Dig Up Dinosaurs at These Family-Friendly Paleontology Sites
Looking for a fun, educational summer activity the whole family can get in on? How about digging up actual dinosaur bones and other fossils! Here are a few of the best dig sites across the country that welcome newcomers who want to learn about paleontology.
You don’t need to go on an official dig with real dino pros to find fossils out in the world, but it’s better if you do. You’re able to learn more about what you’re digging up, and you do so in an ethical fashion so researchers can actually use what you find. Best of all, these types of expeditions are often fairly affordable, and they can be enjoyed kids and adults alike.
Tara Lepore, a field paleontologist and science educator, offers a few vertebrate paleontology dig recommendations over at Outbound Adventurer:
Museum of Western Colorado: Grand Junction, Colorado. For ages 5 and up (must be accompanied by an adult if 16 or younger), $55 to $175 per person.
The Wyoming Dinosaur Center: Thermopolis, Wyoming. Intended for ages 8 through 12 with parental supervision (interested adults may tag along as well), $20 or less per person.
Judith River Dinosaur Institute: Billings, Montana. For ages 12 and older, $1,695 for a one week dig.
Tate Geological Museum at Casper College: Casper, Wyoming. For ages 16 and older (16 and 17-year-olds must be accompanied by an adult), $800 for five days of field work and lodging.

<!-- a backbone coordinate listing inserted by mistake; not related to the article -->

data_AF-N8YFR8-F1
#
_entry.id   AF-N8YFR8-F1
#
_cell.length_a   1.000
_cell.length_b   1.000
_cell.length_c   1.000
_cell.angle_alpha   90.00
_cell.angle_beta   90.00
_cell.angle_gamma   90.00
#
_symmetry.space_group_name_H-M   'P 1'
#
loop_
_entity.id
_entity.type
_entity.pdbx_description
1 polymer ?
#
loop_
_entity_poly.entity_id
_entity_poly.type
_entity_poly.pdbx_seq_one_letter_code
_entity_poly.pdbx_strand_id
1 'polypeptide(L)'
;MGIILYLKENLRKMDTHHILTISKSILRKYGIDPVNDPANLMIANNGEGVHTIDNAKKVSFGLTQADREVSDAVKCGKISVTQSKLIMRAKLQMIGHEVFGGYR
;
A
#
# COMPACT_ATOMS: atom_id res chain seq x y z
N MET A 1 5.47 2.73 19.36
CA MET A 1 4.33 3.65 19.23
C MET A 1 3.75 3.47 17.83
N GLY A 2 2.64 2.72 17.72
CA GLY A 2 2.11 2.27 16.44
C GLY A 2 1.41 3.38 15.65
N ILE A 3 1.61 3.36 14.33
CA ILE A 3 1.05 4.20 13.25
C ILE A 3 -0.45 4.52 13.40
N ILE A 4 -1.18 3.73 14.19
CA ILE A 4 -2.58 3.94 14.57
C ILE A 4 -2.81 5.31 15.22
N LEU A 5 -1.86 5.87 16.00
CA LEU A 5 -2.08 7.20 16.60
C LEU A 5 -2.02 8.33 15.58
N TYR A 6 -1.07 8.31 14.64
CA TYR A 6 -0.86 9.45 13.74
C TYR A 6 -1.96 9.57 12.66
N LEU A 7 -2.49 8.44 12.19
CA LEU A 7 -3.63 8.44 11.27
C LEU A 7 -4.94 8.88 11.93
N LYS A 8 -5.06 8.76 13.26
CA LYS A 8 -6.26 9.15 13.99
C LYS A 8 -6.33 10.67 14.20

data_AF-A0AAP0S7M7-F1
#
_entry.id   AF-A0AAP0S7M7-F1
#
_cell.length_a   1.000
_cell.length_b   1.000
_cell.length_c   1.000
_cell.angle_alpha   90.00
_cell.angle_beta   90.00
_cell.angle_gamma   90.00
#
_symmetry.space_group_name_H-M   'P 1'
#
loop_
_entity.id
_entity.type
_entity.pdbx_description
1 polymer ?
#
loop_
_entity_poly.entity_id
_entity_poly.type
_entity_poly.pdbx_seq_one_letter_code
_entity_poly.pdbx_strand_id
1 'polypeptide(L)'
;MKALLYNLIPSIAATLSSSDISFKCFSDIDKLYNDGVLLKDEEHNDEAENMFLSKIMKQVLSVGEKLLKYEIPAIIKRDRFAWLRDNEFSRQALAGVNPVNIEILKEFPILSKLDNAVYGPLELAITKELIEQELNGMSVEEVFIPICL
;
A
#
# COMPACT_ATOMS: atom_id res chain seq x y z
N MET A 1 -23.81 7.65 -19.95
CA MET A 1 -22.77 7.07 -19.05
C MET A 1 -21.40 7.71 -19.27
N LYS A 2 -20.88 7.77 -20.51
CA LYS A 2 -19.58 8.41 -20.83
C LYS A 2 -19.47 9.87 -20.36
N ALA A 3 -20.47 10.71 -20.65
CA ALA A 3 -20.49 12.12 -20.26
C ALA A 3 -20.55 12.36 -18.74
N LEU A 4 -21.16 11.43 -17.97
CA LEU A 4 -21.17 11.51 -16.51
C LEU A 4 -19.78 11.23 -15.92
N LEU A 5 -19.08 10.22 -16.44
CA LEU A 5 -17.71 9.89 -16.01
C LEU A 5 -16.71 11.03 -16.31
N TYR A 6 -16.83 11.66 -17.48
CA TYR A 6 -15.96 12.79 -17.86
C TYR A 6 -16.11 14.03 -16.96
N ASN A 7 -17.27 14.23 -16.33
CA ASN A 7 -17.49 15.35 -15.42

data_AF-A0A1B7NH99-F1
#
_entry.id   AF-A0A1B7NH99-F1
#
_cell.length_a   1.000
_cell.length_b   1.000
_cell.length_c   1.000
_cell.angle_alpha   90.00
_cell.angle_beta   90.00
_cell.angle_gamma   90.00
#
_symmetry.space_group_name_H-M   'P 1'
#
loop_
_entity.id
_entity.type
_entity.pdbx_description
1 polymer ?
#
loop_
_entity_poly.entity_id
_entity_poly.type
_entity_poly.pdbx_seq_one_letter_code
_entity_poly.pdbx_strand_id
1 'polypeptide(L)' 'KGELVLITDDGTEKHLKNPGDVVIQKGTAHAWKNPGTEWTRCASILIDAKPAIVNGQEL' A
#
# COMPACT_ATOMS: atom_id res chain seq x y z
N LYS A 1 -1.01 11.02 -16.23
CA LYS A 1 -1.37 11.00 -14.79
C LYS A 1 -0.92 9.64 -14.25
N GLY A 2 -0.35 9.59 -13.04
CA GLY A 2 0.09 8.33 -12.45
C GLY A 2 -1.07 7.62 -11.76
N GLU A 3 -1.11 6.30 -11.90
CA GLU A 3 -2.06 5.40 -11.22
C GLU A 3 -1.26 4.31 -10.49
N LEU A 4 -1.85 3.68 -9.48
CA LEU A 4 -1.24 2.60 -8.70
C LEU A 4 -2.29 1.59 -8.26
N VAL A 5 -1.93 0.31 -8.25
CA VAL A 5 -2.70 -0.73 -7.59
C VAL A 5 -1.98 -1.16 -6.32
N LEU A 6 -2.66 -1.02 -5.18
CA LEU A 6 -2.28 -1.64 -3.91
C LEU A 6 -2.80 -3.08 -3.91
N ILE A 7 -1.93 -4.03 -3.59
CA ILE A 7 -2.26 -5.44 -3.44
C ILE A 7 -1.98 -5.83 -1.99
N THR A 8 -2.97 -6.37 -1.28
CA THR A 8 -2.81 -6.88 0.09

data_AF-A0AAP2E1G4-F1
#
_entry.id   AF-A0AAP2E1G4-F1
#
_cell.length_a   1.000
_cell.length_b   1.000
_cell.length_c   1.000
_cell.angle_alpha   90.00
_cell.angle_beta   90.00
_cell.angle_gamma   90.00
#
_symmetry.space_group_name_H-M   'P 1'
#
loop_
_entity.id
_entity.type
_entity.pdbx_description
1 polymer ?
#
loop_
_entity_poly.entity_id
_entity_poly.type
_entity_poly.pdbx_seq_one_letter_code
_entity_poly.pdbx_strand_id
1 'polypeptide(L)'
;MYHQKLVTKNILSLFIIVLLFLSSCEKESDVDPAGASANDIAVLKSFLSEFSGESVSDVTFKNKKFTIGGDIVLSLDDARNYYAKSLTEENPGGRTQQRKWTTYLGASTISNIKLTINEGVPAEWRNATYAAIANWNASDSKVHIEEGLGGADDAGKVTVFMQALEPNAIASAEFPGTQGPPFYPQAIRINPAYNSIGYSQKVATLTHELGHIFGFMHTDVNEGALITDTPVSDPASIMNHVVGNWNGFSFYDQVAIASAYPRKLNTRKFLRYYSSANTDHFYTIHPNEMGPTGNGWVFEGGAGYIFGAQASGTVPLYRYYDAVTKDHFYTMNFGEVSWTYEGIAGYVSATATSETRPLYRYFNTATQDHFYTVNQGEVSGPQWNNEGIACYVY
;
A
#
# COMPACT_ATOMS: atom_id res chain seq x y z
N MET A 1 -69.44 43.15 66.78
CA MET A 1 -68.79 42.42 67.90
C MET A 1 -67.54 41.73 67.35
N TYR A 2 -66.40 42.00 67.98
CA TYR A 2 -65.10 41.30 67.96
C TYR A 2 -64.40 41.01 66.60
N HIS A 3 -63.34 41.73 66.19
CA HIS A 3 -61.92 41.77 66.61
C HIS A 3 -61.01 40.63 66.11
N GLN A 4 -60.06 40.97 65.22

The Mammoth Site: Hot Springs, South Dakota. For ages 4 and up (adult accompaniment required), $40 per person. Adult programs available through Earthwatch Institute.
Fossil Butte National Monument: Kemmerer, Wyoming. For all ages, free admission.
Dinosaur State Park: Rocky Hill, Connecticut. For all ages, $6 per person.
This isn’t all that’s out there, though—not even close! If you’ve got some money, time, and body that’s in decent shape, you can volunteer to participate in almost any paleontological dig. Do some research on your local colleges with paleontology programs, or contact your local natural history museum to see what they have planned. You can learn more about the digs listed above at the link below.
The Dig On Paleontology Digs In the United States | Outbound Adventurer